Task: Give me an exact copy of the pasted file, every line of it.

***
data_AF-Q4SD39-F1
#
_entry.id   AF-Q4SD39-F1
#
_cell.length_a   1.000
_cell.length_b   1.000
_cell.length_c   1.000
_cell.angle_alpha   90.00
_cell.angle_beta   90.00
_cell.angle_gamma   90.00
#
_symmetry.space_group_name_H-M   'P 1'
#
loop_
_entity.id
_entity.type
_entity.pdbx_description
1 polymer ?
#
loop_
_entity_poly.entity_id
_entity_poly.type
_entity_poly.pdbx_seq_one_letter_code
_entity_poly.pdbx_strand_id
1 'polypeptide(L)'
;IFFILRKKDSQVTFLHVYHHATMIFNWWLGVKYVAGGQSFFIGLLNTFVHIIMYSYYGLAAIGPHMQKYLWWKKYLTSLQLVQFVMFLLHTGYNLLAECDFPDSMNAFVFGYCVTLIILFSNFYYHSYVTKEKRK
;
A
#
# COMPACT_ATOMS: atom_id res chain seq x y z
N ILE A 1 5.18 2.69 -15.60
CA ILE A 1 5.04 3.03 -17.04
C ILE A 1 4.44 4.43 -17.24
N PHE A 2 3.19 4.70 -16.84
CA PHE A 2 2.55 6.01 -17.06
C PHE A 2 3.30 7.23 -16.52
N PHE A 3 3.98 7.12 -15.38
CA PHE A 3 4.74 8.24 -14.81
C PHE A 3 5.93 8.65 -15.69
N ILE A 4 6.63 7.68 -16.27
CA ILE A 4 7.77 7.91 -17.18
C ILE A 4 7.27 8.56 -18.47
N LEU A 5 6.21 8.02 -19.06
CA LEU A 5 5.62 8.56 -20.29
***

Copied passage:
data_AF-Q4SD39-F1
#
_entry.id   AF-Q4SD39-F1
#
_cell.length_a   1.000
_cell.length_b   1.000
_cell.length_c   1.000
_cell.angle_alpha   90.00
_cell.angle_beta   90.00
_cell.angle_gamma   90.00
#
_symmetry.space_group_name_H-M   'P 1'
#
loop_
_entity.id
_entity.type
_entity.pdbx_description
1 polymer ?
#
loop_
_entity_poly.entity_id
_entity_poly.type
_entity_poly.pdbx_seq_one_letter_code
_entity_poly.pdbx_strand_id
1 'polypeptide(L)'
;IFFILRKKDSQVTFLHVYHHATMIFNWWLGVKYVAGGQSFFIGLLNTFVHIIMYSYYGLAAIGPHMQKYLWWKKYLTSLQLVQFVMFLLHTGYNLLAECDFPDSMNAFVFGYCVTLIILFSNFYYHSYVTKEKRK
;
A
#
# COMPACT_ATOMS: atom_id res chain seq x y z
N ILE A 1 5.18 2.69 -15.60
CA ILE A 1 5.04 3.03 -17.04
C ILE A 1 4.44 4.43 -17.24
N PHE A 2 3.19 4.70 -16.84
CA PHE A 2 2.55 6.01 -17.06
C PHE A 2 3.30 7.23 -16.52
N PHE A 3 3.98 7.12 -15.38
CA PHE A 3 4.74 8.24 -14.81
C PHE A 3 5.93 8.65 -15.69
N ILE A 4 6.63 7.68 -16.27
CA ILE A 4 7.77 7.91 -17.18
C ILE A 4 7.27 8.56 -18.47
N LEU A 5 6.21 8.02 -19.06
CA LEU A 5 5.62 8.56 -20.29